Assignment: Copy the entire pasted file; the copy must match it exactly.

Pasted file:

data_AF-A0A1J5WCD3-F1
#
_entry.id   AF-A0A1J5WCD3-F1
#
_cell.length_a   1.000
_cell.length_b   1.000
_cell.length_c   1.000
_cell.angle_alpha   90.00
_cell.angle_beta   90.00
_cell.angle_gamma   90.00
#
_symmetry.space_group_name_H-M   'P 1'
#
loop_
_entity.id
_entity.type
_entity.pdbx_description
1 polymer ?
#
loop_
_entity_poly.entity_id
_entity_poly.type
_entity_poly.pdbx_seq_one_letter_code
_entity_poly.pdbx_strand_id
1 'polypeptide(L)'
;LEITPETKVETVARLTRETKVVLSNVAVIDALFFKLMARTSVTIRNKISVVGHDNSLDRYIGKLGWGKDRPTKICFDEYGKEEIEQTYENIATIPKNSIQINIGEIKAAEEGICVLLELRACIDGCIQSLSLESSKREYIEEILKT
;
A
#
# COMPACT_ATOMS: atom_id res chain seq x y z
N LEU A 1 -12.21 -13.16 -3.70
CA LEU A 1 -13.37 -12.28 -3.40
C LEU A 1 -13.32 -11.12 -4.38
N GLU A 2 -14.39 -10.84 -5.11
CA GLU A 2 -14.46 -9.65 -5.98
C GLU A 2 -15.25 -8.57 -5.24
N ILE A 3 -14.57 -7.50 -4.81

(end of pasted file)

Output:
data_AF-A0A1J5WCD3-F1
#
_entry.id   AF-A0A1J5WCD3-F1
#
_cell.length_a   1.000
_cell.length_b   1.000
_cell.length_c   1.000
_cell.angle_alpha   90.00
_cell.angle_beta   90.00
_cell.angle_gamma   90.00
#
_symmetry.space_group_name_H-M   'P 1'
#
loop_
_entity.id
_entity.type
_entity.pdbx_description
1 polymer ?
#
loop_
_entity_poly.entity_id
_entity_poly.type
_entity_poly.pdbx_seq_one_letter_code
_entity_poly.pdbx_strand_id
1 'polypeptide(L)'
;LEITPETKVETVARLTRETKVVLSNVAVIDALFFKLMARTSVTIRNKISVVGHDNSLDRYIGKLGWGKDRPTKICFDEYGKEEIEQTYENIATIPKNSIQINIGEIKAAEEGICVLLELRACIDGCIQSLSLESSKREYIEEILKT
;
A
#
# COMPACT_ATOMS: atom_id res chain seq x y z
N LEU A 1 -12.21 -13.16 -3.70
CA LEU A 1 -13.37 -12.28 -3.40
C LEU A 1 -13.32 -11.12 -4.38
N GLU A 2 -14.39 -10.84 -5.11
CA GLU A 2 -14.46 -9.65 -5.98
C GLU A 2 -15.25 -8.57 -5.24
N ILE A 3 -14.57 -7.50 -4.81